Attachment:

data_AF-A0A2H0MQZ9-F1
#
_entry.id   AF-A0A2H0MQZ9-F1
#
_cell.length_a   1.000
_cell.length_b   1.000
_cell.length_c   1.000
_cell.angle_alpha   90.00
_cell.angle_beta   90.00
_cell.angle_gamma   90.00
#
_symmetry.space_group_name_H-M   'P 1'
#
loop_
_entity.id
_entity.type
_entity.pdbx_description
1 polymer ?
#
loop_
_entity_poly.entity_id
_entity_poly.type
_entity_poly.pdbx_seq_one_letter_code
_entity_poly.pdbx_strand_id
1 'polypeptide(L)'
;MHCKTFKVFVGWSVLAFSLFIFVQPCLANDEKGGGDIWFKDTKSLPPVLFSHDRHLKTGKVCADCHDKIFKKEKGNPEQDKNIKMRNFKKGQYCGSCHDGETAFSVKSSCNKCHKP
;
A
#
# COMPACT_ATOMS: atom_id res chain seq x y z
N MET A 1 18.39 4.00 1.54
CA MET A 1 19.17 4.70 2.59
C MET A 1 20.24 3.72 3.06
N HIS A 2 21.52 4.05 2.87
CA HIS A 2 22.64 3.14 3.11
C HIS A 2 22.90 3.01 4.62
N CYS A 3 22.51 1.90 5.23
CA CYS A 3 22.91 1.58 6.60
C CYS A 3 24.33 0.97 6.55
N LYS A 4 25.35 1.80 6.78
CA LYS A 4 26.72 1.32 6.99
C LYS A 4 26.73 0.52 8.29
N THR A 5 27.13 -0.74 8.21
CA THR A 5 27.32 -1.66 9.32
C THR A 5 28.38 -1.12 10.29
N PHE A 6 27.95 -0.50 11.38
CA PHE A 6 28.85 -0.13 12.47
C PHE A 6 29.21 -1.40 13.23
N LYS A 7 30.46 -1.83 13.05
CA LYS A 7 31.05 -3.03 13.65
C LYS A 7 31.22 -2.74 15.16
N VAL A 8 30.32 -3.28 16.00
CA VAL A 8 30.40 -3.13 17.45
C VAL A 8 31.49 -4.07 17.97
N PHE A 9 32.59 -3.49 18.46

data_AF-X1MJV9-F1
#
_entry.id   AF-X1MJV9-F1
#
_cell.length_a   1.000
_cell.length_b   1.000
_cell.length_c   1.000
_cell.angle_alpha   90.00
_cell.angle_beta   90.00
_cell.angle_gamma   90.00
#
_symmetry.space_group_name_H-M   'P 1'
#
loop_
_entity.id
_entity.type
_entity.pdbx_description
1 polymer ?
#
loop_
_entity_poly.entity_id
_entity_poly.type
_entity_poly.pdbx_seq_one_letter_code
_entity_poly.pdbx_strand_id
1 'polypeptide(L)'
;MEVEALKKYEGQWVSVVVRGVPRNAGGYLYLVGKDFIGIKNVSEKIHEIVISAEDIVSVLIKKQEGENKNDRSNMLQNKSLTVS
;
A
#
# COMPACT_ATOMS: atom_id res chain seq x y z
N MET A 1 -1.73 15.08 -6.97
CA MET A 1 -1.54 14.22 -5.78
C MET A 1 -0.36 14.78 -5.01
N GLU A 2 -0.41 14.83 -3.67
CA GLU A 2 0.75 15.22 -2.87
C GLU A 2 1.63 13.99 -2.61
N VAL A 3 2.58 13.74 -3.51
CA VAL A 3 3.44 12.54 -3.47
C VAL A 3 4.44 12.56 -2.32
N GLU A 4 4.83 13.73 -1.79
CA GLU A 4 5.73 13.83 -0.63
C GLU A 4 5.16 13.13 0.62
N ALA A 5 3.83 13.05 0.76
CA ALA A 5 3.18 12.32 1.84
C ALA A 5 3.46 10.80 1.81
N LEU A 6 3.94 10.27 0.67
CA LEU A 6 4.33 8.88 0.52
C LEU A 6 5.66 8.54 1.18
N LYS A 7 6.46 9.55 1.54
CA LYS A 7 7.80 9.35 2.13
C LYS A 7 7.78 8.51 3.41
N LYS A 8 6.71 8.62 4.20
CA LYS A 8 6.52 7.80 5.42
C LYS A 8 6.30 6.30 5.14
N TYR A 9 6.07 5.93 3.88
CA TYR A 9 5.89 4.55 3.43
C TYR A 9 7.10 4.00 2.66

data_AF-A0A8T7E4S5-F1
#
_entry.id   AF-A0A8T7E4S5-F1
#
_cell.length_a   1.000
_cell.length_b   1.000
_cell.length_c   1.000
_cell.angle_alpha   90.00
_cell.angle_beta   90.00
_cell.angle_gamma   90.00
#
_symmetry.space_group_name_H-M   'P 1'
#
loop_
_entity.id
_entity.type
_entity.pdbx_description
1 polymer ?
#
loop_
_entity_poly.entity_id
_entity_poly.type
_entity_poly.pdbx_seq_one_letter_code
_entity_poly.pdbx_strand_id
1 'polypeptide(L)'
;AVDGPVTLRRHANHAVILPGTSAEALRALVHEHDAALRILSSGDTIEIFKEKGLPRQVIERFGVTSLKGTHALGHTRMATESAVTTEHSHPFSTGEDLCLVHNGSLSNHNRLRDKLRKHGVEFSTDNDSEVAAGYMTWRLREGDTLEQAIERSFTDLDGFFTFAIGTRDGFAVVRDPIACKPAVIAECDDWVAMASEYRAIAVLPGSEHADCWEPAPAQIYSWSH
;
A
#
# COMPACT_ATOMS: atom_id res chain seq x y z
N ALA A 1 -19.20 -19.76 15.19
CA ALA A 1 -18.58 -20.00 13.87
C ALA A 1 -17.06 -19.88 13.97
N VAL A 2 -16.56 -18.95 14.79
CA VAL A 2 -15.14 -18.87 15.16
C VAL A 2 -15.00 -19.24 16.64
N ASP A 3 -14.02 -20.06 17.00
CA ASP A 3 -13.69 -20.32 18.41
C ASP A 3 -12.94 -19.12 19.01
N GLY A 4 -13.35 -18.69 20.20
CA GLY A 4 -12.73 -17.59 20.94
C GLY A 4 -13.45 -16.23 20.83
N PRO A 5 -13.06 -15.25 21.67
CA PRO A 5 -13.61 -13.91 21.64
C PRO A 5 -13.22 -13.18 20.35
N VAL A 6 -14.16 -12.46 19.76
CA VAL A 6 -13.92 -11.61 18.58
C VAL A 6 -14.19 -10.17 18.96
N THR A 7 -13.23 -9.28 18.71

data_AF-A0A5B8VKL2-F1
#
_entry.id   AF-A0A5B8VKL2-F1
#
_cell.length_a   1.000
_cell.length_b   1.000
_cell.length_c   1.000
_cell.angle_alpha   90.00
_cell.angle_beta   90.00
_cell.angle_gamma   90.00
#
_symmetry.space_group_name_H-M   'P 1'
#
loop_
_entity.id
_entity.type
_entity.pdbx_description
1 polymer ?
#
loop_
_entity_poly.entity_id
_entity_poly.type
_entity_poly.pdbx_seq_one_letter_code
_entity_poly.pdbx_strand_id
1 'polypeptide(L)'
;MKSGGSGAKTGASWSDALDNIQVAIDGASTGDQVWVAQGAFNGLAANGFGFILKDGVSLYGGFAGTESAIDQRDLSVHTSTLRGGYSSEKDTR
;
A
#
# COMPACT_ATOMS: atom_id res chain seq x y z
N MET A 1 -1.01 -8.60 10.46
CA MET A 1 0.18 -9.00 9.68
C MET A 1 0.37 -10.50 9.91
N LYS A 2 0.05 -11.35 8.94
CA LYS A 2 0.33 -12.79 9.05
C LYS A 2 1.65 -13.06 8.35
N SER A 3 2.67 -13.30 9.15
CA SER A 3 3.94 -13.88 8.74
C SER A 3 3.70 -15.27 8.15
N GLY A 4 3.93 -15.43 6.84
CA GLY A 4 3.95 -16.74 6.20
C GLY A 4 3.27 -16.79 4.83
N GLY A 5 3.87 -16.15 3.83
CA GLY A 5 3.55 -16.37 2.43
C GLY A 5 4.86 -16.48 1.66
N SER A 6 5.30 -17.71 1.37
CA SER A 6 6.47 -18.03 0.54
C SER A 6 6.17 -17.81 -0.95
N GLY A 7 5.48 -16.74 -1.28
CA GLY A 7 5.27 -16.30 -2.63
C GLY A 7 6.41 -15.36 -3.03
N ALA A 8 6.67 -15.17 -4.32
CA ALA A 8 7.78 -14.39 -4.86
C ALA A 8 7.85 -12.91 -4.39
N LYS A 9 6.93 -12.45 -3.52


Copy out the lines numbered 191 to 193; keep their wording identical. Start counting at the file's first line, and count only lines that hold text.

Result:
# COMPACT_ATOMS: atom_id res chain seq x y z
N MET A 1 -1.01 -8.60 10.46
CA MET A 1 0.18 -9.00 9.68